Standing Water from Thursday Morning Rain Shower

A fast moving thunderstorm left a little water behind Thursday morning.

A line of thunderstorms moved through the area early Thursday morning brining some much needed rain, but also lightning. Rain was reported in the Big Delta area as early at 6 a.m. and the storm moved through bringing rain to the center of town before 8 a.m. The rain was heavy and fast moving. Accumulation was minimal.

The National Weather Service issued a red flag warning for the area beginning at noon today and running through midnight Friday night for lightning. A red flag condition indicates weather and fuel conditions are suitable for the development of large and dangerous wildland fires.

Numerous lightning strikes have been reported in the area this morning.

Forestry crews are currently patrolling and checking lookout positions for fires that may have developed because of the lightning.

We have been fortunate with wildland fires in this area Michael Goyette, fire management officer with the Division of Forestry in Delta Junction said on Wednesday following the arrival of heavy smoke in the Delta Junction area.

“We have fires on all sides of the Interior right now,” Goyette said over the phone. “If the wind is blowing, we’re going to get the smoke.”

A forestry employee said in a Facebook post Wednesday night that the smoke currently in Delta Junction is from the Rainbow Lake 2 fire across the Delta River.

Due to the current weather conditions, the Division of Forestry has banned all outside burning. Only fires contained to approved burning devices are allowed, which includes grills and camp stoves.

“Given the number and size of wildfires currently burning in the state, Alaska’s fire managers ask residents and visitors to adhere to the restriction on campfires to help prevent any additional human-caused wildfires in the state,” the division wrote in the press release. “Firefighting resources are stretched extremely thin, and any new fires will put a further strain on the limited resources currently available to respond to new wildfire.”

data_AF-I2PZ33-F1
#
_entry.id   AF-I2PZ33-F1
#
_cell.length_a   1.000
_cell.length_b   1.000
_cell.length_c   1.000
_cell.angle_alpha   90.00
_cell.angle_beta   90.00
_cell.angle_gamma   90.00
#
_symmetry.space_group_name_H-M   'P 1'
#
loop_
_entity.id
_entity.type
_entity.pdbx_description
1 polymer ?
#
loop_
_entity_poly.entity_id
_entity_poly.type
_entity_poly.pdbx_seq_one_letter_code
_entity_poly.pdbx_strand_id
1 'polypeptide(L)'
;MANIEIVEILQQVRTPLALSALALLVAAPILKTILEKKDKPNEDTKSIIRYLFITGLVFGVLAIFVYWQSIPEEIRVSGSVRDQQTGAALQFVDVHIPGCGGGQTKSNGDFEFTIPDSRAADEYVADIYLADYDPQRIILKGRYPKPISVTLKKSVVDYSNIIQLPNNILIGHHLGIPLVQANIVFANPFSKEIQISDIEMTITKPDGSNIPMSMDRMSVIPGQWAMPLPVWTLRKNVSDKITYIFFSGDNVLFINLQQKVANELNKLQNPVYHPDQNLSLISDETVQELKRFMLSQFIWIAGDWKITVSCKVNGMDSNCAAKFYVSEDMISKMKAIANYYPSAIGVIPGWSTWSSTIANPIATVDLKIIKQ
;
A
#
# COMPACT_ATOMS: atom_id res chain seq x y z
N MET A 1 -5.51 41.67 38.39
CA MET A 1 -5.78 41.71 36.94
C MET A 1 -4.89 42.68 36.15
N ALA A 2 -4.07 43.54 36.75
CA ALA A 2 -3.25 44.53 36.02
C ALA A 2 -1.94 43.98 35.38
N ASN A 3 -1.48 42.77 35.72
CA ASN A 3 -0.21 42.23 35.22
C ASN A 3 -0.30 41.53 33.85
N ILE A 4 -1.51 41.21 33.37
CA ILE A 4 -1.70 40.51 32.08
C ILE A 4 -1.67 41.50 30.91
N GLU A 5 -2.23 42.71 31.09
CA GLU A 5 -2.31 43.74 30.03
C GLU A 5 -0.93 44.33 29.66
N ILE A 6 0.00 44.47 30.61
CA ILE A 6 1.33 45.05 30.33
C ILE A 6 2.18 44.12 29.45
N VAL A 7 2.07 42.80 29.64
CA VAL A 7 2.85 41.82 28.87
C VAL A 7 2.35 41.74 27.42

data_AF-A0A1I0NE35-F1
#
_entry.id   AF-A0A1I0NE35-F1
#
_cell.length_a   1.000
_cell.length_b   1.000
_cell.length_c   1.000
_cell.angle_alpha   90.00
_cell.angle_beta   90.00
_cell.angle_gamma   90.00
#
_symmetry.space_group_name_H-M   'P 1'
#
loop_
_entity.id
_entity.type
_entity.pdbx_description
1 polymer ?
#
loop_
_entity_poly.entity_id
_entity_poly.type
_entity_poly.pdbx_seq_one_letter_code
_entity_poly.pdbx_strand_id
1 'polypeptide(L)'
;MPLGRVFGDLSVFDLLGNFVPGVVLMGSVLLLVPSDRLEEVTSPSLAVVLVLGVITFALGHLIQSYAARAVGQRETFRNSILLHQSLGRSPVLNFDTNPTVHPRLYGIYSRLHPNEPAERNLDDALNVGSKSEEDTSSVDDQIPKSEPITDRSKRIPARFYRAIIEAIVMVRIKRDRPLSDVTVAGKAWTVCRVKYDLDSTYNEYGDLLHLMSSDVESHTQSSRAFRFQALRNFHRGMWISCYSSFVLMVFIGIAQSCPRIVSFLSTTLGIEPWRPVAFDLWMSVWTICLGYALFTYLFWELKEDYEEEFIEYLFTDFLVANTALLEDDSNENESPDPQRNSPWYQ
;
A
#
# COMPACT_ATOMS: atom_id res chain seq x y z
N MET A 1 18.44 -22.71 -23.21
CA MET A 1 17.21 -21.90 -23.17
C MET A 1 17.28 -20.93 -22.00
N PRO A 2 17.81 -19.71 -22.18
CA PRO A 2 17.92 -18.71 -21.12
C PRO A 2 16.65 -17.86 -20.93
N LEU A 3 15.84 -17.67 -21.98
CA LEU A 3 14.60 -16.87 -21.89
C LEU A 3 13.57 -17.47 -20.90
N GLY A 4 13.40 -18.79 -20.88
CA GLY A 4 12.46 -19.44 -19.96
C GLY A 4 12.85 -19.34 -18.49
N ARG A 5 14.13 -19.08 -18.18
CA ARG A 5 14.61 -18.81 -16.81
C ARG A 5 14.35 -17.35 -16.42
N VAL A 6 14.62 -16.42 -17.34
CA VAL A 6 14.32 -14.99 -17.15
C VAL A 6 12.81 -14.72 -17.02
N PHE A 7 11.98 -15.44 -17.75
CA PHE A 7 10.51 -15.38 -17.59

The ban applies throughout the Delta area as well as in the Copper River Valley, Denali Borough, Fairbanks North Star Borough, Kenai Peninsula, Matanuska-Susitna Borough, Municipality of Anchorage, and Tanana Valley.

While the Delta area still has a few fires smoldering, it is the major fires outside of town that are have been causing most of the smoke said Goyette. Locally, we still have two small fires on the bison field that are currently being monitored, as well as a Rainbow Lake 2 fire that has grown to an estimated 5,000 acres as of Tuesday. All of those fires were caused by lightning strikes.

The Rainbow Lake 2 fire is being monitored but is marked as low priority, as there are no structures being threatened. It’s currently slowly moving west towards Delta Creek on the far side of the Tanana River

The early season Oregon Lakes fire, which was once the state’s largest fire, is still burning, although not much. The fire is contained to the interior of what has already burned, so with little fuel to keep it going, the Alaska Fire Service flies over the area every few days to keep an eye on it until it is out. The Oregon Lake fire is on monitored status with limited fire activity.

Dawn Brown contributed to this article.

Michael Paschall is the editor and publisher of Delta Wind and can be reached at editor@deltawindonline.com.